party dresses for teens

(Episode 4)
As she lay there she thought of the
three promises she had made to
herself on New Year’s eve three
months ago. First: to enter the
singing competition and go all the
way to the final. Second: not to go
out with a guy unless he was kind
and respected her – not like the
guy Busi had dated in the holiday,
who had seemed the real deal –
too good to be true – because he
was too good to be true. He was
good looking and clever, but he
had left her with a broken heart
and a broken arm after he had
pushed her and she had tripped
and fallen hard. If Ntombi and
Asanda hadn’t run when they
heard her cries from behind the
sports shed at school, things might
have been a lot worse. But when
they appeared Ebenezer had left
her and run – a coward at heart.
The third promise was to find her
dad and bring him home. There
was no way that she was going to
let Zakes move in with them and
pretend to be their father.
Ntombi woke up from a nightmare
in the middle of the night. In the
dream she was wearing a long
pink dress with lots of frills and her
friend Asanda was putting a tiara
with plastic flowers in her hair.
They were in the changing rooms
at the church hall where the
auditions were going to be for the
Teen Voice competition. First
Ntombi thought she had won the
competition and she was really
excited. She was ready to walk out
on the stage in front of hundreds
of people and be given flowers and
a recording contract. Pink wasn’t
really her colour, but who cared,
when she was about to become a
pop star? But when she walked
out into the hall there were no
screaming teenage fans and no
sign of a microphone. In fact the
hall was full of men and women
dressed in suits and formal dresses.
And there at the back, next to the
door was her mother. She was also
dressed in a huge pink dress, with
more frills and lace than Ntombi’s.
For a second Ntombi thought that
this might be her own wedding,
and that at any minute the
handsomest, coolest guy was
going to appear, walk towards her
and announce that he was her
fiancé. But then Zakes walked in,
and Ntombi realised that this was
no fairytale wedding and she
definitely wasn’t the princess. She
was a bridesmaid at her mother’s
wedding to Zakes. The dream had
just turned into a terrible
Her mother was smiling and
kissing Zakes. He was smiling that
fake smile. Before she knew it her
mother was calling her to the
bridal procession. Her sister
appeared in an identical pink dress.
The whole thing made Ntombi feel
“What’s wrong, Ntombi?” Suddenly
her mother had the face of a witch.
“Can’t you be happy for us?”
“Just wait.” Zakes gripped her arm
and led her away so her mother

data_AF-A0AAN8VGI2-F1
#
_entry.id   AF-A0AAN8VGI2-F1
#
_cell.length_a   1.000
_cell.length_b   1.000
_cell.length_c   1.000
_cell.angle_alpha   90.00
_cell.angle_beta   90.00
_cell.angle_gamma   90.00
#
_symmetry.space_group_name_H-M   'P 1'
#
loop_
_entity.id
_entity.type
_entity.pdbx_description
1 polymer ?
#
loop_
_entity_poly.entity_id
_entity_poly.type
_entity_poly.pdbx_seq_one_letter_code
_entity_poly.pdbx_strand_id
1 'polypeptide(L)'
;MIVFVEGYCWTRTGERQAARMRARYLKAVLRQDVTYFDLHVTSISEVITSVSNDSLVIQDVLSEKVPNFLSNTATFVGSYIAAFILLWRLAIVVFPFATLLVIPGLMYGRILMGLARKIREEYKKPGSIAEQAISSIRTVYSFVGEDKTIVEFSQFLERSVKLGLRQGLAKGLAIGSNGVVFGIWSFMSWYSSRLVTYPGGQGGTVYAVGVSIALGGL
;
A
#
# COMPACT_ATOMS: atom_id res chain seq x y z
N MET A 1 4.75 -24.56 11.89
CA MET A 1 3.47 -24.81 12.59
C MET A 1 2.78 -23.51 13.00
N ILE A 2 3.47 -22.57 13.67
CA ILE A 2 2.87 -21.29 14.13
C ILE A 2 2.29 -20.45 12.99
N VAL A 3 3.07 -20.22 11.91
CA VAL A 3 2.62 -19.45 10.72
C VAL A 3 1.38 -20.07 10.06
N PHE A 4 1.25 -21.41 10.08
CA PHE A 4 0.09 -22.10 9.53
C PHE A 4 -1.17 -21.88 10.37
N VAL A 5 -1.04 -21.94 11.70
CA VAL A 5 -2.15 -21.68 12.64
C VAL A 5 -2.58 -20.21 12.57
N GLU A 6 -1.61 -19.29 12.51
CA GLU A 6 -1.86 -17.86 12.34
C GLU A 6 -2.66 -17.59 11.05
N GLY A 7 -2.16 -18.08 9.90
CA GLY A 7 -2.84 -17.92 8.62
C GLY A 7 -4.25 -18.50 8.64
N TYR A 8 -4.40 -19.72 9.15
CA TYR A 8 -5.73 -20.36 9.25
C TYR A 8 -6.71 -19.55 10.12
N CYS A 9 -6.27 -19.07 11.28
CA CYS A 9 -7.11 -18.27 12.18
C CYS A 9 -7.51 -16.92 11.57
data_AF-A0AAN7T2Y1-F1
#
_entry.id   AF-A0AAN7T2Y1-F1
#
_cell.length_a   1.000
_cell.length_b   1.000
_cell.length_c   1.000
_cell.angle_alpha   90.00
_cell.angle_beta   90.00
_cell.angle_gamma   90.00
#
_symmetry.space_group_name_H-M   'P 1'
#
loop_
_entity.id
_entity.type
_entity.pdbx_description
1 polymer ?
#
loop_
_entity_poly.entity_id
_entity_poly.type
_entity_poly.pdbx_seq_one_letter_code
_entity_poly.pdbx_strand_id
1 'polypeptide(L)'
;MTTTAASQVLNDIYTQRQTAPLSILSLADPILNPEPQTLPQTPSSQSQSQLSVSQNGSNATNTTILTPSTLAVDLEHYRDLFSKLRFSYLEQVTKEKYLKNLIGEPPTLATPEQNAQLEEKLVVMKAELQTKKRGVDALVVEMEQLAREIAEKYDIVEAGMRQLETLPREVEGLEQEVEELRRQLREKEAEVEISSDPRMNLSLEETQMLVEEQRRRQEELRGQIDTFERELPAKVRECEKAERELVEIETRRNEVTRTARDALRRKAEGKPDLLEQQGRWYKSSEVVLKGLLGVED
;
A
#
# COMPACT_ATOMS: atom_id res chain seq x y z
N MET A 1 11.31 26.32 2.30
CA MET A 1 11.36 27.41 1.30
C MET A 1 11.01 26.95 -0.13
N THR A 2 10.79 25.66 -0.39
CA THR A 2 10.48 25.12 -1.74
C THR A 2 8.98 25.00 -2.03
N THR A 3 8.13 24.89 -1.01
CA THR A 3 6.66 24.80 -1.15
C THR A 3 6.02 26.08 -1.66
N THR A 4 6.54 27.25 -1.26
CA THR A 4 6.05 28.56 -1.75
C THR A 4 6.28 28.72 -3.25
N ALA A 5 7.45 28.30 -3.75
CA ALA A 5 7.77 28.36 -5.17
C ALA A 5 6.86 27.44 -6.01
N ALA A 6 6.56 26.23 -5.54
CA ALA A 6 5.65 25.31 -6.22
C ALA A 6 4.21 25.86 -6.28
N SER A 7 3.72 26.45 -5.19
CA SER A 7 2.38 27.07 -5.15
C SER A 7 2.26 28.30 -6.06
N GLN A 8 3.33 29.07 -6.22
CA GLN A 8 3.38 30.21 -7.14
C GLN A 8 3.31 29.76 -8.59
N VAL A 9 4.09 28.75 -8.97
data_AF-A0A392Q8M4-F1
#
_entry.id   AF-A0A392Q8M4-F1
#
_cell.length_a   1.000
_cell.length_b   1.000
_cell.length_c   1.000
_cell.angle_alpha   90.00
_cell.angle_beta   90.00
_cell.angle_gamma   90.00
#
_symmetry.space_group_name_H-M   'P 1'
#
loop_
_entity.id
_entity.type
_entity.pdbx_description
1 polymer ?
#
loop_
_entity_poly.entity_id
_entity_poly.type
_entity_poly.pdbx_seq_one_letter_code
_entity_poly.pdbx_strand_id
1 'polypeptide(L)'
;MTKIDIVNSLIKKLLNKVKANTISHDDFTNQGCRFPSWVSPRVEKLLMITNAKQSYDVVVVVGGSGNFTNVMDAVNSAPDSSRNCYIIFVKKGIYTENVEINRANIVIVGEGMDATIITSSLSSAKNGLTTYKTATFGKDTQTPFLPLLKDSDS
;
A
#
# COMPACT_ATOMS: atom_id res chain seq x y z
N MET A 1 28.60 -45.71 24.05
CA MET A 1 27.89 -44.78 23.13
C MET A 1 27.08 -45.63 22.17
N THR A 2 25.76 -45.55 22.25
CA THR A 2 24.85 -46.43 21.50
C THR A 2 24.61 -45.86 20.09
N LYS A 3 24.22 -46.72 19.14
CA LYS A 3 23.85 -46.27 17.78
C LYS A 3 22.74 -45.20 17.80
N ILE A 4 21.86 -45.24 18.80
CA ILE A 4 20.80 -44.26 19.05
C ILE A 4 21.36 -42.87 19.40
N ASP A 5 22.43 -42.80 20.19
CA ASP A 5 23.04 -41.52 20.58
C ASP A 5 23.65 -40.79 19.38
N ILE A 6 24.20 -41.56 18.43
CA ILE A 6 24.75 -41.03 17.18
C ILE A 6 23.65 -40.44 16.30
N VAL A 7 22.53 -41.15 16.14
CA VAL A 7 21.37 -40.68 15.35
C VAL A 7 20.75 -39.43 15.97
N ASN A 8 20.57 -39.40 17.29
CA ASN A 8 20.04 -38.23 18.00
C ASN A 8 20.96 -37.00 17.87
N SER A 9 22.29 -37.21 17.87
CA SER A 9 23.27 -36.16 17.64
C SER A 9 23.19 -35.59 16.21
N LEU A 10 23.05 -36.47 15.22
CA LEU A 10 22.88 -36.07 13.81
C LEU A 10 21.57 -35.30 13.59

couldn’t hear what he was about
to say. His breath was warm and
stank of beer as he lowered his
voice.“There’s no escaping from me
now,” he said. “You will do exactly
as I say or there will be trouble. I
am the boss in your house.” He let
her go and she rubbed her arm; his
fat fingers had left marks on her
skin. She watched as her mother
took Zakes’ arm and walked up the
aisle and up the stairs to the stage
where a priest was waiting to
marry them.
Ntombi had to do something to
stop them – nobody else was. She
tried to run but her feet were
glued to the ground. She opened
her mouth to scream but no words
came out. Zakes took the ring and
was about to slip it on her
mother’s finger.
She must have made a noise when
she woke up because her mother
was standing next to her bed.
“What’s the matter, baby girl?” she party dresses for teens
said. “Did you have a bad dream?”
She wasn’t a witch. She was the
loving, kind mother Ntombi had
known before Zakes came along.
All Ntombi could say was, “You
came back.”
“Of course I came back. And I want
to thank you for cooking supper
and looking after your sister last
night. I had a really good time
with Zakes. You know things are
going very well with him. I
wouldn’t be surprised if…”
“No,” Ntombi said quickly. So it
was true he was going to ask her
to marry him.
“I was going to say, I wouldn’t be
surprised if he asks me to his end-
of-year work party.”
“At the car dealership?” Ntombi
asked warily. She was sure there
was no car dealership. Or else that
it was a front for something else
that Zakes was up to. Something
illegal and dangerous. She had
heard talk in their neighbourhood
that he was in some shady
business. Whenever his cell rang
when she was around, he switched
it off without answering it. Once he
hadn’t seen her come up behind
him while he was talking, and he
had shouted at her.
“Never do that again, sneaking up
on me like that when I’m on my
But her mother wouldn’t listen to
the rumours. She said that people
just wanted to bad-mouth him
because he was successful.
“Zakes says it’s going to be the
whole national team of sales reps
at some smart hotel. I can’t wait.”
Her mother sounded so proud of
him. Ntombi’s heart sank. Nothing
had changed.
“Thanks for the tea,” was all she
“It’s a pleasure.” Her mother
hesitated. Ntombi waited. She
knew what was coming.
“Zakes has invited me out
“But Mama, you went out last
night, and the night before.”
“I know. But he wants me to meet
a friend of his, who could get me a
“You have a job.”
“A better one. Please, Ntombi. I
promise I’ll do something nice with
you on Saturday. I promise.”
Ntombi looked at her mother: she
sounded like a teenager herself,
pleading like this to go out with
her boyfriend. And making
promises she couldn’t keep.
To be continue.